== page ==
Currencies

Gundlach says the dollar is 'doomed' over the long term because of rising U.S. deficits

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Key Points
  • DoubleLine Capital CEO Jeffrey Gundlach told CNBC on Thursday that he believes the U.S. dollar is "doomed" over the long term.
  • "The dollar is going to fall pretty substantially" at some point due to increasing U.S. trade and budget deficits, Gundlach said.
  • "It's a question of what your horizon is," the so-called bond king added.
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DoubleLine's Gundlach says the U.S. dollar is 'doomed' because of the country's rising deficits

DoubleLine Capital CEO Jeffrey Gundlach offered a dire long-term assessment on the U.S. dollar Thursday, telling CNBC in an interview he thinks the greenback is "doomed."

"Ultimately, the size of our deficits — both trade deficit, which has exploded post-pandemic, and the budget deficit, which is, obviously, completely off the charts — suggest that in the intermediate term — I don't really think this year, exactly, but in the intermediate term — the dollar is going to fall pretty substantially," Gundlach said on "Halftime Report."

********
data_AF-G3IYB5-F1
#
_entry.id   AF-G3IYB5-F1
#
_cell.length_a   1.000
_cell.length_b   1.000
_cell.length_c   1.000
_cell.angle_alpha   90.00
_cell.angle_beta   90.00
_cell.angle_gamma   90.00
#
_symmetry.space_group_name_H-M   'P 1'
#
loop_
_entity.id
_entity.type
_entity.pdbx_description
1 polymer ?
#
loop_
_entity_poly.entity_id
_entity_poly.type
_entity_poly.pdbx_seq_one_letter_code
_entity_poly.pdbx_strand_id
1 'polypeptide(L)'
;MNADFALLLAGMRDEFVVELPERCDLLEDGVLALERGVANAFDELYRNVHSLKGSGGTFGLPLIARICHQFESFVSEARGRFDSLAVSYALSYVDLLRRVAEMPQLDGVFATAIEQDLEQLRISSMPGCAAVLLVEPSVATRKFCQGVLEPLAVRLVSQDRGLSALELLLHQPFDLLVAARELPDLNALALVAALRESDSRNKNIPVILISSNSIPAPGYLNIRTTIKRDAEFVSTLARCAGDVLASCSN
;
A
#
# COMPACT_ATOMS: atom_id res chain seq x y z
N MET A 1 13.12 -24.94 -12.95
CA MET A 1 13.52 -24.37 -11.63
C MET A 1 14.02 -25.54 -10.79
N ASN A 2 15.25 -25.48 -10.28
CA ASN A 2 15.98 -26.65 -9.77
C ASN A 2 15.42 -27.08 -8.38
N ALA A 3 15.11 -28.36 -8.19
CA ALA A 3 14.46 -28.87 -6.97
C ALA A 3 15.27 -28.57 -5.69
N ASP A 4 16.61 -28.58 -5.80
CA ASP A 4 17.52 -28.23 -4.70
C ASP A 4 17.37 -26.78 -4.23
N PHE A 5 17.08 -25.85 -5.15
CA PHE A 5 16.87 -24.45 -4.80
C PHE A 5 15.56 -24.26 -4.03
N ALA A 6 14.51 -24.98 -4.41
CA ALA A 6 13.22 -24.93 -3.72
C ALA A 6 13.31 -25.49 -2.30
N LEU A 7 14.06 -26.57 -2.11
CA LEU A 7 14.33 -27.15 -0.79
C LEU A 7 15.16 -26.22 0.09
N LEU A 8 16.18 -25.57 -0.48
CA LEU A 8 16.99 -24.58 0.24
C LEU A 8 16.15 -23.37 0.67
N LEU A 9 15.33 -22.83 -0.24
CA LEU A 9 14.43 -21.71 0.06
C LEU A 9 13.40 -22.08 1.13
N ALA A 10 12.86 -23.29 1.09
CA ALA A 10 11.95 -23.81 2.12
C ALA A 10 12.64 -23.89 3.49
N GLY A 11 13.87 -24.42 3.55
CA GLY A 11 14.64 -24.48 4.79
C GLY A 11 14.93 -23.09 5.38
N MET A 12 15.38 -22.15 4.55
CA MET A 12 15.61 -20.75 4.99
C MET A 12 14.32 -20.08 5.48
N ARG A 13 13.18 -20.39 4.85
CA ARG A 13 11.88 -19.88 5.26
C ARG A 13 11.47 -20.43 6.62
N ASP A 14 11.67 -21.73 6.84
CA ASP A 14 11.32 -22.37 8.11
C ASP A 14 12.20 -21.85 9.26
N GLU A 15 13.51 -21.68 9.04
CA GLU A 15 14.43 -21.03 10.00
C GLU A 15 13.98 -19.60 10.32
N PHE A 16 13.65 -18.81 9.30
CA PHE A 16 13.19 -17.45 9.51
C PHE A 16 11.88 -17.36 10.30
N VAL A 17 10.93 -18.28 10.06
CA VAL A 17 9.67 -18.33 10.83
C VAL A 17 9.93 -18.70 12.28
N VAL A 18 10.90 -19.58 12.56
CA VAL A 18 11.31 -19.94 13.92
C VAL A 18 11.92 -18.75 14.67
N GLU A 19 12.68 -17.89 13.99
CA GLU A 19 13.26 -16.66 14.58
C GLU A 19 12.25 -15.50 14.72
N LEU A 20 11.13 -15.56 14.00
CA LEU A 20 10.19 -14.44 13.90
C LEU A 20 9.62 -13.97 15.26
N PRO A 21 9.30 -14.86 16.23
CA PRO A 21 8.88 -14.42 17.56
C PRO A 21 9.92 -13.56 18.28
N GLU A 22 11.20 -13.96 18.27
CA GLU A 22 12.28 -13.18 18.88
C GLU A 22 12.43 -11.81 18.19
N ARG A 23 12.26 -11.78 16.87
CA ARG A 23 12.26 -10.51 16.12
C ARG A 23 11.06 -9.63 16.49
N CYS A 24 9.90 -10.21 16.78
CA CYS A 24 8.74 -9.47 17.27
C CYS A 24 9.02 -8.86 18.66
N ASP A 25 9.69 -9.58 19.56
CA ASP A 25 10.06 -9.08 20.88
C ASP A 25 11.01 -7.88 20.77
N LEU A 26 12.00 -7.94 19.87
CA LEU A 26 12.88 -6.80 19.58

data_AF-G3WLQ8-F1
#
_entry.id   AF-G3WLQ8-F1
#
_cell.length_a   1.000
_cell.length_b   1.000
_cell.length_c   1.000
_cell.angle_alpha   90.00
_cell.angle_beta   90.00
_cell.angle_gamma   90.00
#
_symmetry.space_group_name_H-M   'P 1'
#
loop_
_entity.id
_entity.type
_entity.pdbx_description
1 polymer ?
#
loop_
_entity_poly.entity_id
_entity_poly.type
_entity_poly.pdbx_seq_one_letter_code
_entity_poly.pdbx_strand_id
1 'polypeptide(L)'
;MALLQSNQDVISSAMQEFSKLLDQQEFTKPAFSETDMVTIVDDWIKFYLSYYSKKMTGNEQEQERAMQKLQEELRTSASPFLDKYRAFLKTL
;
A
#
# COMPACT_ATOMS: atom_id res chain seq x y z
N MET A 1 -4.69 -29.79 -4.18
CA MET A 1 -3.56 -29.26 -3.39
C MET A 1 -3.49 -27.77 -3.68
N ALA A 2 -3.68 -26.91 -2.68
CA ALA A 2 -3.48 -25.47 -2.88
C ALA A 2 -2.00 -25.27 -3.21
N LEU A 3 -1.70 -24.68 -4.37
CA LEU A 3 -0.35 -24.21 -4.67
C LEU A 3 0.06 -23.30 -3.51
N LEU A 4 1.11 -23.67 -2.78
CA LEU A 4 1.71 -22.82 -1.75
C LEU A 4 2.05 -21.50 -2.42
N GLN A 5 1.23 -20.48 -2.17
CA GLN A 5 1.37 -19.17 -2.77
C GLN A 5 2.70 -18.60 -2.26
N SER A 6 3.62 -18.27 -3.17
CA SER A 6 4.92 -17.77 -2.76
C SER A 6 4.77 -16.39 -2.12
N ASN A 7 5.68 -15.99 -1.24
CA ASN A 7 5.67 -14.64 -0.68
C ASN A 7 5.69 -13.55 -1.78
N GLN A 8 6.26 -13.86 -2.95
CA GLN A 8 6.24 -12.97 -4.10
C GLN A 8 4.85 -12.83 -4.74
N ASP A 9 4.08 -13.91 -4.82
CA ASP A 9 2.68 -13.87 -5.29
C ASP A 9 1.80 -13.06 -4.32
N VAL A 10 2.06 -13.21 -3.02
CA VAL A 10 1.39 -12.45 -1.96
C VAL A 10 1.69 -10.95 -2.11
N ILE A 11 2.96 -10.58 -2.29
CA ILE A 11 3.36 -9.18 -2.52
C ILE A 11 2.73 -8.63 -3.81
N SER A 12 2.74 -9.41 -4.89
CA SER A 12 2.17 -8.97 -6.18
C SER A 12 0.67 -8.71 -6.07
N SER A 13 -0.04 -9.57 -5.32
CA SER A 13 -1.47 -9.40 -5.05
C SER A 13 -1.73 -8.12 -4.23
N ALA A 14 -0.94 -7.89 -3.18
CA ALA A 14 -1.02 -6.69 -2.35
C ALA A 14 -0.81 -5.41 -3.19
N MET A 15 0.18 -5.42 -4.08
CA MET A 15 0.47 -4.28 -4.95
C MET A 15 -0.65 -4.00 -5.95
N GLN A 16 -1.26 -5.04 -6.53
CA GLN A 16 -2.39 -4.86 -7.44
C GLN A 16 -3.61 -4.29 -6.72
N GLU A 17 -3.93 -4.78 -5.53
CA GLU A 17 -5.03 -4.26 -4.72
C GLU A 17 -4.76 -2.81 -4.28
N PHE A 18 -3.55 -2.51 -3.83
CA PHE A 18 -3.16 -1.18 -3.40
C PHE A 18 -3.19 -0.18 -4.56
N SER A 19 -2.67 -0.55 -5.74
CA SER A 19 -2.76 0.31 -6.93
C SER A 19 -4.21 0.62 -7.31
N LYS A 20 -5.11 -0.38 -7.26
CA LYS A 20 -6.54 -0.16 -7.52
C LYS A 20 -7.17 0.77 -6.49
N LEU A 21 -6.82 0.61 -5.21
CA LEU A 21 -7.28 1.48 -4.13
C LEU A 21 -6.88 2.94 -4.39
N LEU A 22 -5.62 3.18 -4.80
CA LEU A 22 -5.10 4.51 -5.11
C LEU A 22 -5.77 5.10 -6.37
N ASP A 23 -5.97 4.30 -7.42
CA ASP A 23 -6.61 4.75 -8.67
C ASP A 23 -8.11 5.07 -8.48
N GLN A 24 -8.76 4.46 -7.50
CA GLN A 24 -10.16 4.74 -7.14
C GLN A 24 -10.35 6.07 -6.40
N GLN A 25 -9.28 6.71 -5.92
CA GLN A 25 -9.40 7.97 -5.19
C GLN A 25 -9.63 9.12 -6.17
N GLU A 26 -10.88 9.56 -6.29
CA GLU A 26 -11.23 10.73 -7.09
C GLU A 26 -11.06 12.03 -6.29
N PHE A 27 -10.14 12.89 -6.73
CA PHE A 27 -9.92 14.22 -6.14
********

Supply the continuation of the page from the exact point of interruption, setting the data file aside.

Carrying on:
"That's going to be a very important dynamic, because one of the things that's helped the bond market, without any doubt, has been foreign buying, with the interest rate differentials having favored hedged U.S. bond positions for foreign bond investors," he added.

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Watch CNBC's Full Interview with DoubleLine CEO Jeffrey Gundlach

The so-called bond king made his remarks as the U.S. dollar index traded around 92.64 on Thursday, up about 0.25% on the session. The dollar index, which measures the world's reserve currency against a group of six currencies, was up 3% year to date.

"When it was below about 89, we announced very publicly that we were positive on the dollar for the near term," said Gundlach, whose Los Angeles-based investment firm has more than $135 billion in assets under management as of March 31.

"It's a question of what your horizon is," Gundlach said. "In the short term, the dynamics have been and will continue to be in place for the dollar to be marginally or moderately stronger."

"In the longer term, I think the dollar ... [is] doomed," he added.